When is SPIN selling the right framework for your business?

Like with most complicated questions, the short answer here would be “It depends.” It depends on your market, your target persona, your product, your market goodwill, and a host of other features. However, a look at the building blocks of SPIN selling shows that it’s basically about taking time to generate trust. That’s what’s at the core. The rest are just guidelines to make that process easy.

Naturally, in case of quick transactional sales where the prospect is actually further along the funnel and is ready to close the deal from their end, SPIN selling is unnecessary and may even be counterproductive due to the time commitment. In contrast, B2B mid-market and enterprise sales often involve an intricate cycle of multiple decision-makers. For you to navigate the waters of a complex sales environment, building up strong buyer-seller relationships is key. Here, SPIN selling would be perfect since establishing trust is more important than making a quick sale.

How Wingman can help you implement SPIN sales

Technology is your friend when it comes to implementing SPIN Selling successfully. Here’s how we can help:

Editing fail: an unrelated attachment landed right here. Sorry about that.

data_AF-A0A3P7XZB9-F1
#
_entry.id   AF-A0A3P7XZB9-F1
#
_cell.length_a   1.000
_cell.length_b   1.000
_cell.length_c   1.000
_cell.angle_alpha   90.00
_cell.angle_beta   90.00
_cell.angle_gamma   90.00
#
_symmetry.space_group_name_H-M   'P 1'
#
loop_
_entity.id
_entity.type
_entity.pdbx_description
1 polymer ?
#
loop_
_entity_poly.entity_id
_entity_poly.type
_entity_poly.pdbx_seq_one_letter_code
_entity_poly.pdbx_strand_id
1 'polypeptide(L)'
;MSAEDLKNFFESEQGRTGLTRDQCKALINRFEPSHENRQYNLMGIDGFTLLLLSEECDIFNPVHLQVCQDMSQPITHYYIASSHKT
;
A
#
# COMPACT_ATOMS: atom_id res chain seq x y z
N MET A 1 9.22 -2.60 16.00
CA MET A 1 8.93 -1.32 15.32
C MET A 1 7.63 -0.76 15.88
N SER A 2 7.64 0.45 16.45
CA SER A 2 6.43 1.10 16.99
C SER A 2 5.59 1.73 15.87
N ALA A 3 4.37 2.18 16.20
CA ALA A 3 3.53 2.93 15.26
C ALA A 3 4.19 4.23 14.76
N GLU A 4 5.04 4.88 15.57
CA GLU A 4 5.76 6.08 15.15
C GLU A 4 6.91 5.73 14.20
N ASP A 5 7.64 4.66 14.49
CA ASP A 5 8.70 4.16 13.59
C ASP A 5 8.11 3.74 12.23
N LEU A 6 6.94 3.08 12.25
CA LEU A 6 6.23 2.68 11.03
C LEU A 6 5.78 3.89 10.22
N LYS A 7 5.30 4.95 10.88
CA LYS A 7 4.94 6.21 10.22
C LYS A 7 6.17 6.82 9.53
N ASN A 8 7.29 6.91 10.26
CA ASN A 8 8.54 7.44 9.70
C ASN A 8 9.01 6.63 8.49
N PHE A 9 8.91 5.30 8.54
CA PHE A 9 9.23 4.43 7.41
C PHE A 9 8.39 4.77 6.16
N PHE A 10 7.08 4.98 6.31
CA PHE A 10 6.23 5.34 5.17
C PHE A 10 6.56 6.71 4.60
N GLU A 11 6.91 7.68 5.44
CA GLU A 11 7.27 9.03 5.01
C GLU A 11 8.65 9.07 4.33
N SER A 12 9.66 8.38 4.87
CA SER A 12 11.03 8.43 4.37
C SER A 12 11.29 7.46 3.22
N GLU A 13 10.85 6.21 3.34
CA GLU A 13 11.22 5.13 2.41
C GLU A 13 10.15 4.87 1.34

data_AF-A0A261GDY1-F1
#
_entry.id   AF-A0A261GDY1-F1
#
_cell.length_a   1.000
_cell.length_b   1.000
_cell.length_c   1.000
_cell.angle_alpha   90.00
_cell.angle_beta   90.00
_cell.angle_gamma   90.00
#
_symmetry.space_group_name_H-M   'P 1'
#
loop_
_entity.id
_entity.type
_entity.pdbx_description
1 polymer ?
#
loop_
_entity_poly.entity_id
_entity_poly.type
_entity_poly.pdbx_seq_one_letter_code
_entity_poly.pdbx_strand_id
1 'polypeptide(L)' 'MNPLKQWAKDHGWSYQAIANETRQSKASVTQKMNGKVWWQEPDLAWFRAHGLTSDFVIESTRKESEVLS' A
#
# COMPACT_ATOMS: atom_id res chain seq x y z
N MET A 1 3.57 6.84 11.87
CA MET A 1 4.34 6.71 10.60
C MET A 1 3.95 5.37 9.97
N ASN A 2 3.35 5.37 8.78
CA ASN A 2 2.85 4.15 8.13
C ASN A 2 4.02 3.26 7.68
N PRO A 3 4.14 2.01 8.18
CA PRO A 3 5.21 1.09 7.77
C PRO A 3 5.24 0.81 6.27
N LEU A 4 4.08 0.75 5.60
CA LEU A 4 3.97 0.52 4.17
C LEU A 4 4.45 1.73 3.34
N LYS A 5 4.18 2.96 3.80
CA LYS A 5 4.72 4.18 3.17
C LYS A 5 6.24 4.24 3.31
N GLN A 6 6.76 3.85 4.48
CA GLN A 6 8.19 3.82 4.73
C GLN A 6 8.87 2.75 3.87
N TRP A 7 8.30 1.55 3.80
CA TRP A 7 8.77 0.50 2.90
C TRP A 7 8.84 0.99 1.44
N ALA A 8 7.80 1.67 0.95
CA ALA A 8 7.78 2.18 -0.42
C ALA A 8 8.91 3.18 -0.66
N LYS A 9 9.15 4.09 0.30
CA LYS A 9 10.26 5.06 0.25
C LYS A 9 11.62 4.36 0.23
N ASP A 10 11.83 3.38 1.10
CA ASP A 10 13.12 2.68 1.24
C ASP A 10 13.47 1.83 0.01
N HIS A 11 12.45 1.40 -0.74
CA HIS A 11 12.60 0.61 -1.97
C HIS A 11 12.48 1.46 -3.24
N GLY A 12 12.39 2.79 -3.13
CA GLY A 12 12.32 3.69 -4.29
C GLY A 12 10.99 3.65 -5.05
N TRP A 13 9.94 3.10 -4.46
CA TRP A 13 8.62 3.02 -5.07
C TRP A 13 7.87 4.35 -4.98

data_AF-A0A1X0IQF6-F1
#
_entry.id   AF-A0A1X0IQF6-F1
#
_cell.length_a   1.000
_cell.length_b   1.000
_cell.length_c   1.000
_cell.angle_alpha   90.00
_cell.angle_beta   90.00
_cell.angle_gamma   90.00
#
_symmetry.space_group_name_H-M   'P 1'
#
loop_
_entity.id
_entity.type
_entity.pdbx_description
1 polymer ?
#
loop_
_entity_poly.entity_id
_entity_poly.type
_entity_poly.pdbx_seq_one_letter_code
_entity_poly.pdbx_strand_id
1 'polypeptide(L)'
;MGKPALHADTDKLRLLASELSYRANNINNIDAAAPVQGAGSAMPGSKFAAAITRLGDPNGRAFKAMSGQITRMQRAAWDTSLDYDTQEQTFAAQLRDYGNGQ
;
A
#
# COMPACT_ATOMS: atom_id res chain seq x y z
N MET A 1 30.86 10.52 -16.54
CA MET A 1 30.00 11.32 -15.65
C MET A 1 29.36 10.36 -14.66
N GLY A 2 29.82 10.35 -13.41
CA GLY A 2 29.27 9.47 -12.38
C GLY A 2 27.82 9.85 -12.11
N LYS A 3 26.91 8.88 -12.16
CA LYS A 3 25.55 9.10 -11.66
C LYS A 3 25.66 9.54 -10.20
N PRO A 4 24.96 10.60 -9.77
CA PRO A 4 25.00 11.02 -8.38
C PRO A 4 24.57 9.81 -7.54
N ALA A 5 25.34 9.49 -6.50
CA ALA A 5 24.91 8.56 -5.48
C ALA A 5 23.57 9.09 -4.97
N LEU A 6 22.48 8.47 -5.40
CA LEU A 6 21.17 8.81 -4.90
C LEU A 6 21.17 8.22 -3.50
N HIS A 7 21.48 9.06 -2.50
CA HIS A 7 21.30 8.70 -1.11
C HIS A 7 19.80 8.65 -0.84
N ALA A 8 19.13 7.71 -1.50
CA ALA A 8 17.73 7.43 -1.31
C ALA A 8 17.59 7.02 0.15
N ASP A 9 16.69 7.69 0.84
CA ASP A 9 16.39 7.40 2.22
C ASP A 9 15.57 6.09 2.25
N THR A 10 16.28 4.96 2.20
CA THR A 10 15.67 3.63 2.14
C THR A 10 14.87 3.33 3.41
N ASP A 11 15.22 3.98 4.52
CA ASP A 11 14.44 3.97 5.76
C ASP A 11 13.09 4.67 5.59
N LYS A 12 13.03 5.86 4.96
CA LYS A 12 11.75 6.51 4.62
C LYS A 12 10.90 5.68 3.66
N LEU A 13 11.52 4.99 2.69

• From recording conversations to analyzing your sales calls, Wingman offers an easy and efficient alternative to take care of your end-to-end SPIN sales interaction.
  • Thanks to Wingman’s sales acceleration stack and insights like talk/listen to ratio, longest monologues and the number of pertinent questions asked, you get a complete analysis of your sales reps’ conversations with prospects.
  • Analyze call transcripts and coach your reps for success, aka Topics Tracking.

You can also:

  • Pull out insights on a prospect’s likelihood of conversion, roadblocks and other decision factors.
  • Review the performance of your sales reps with the Team Dashboard.

Book a demo with us to see how you can coach your team efficiently in the art and science of SPIN Selling.

So who’s ready to SPIN and win?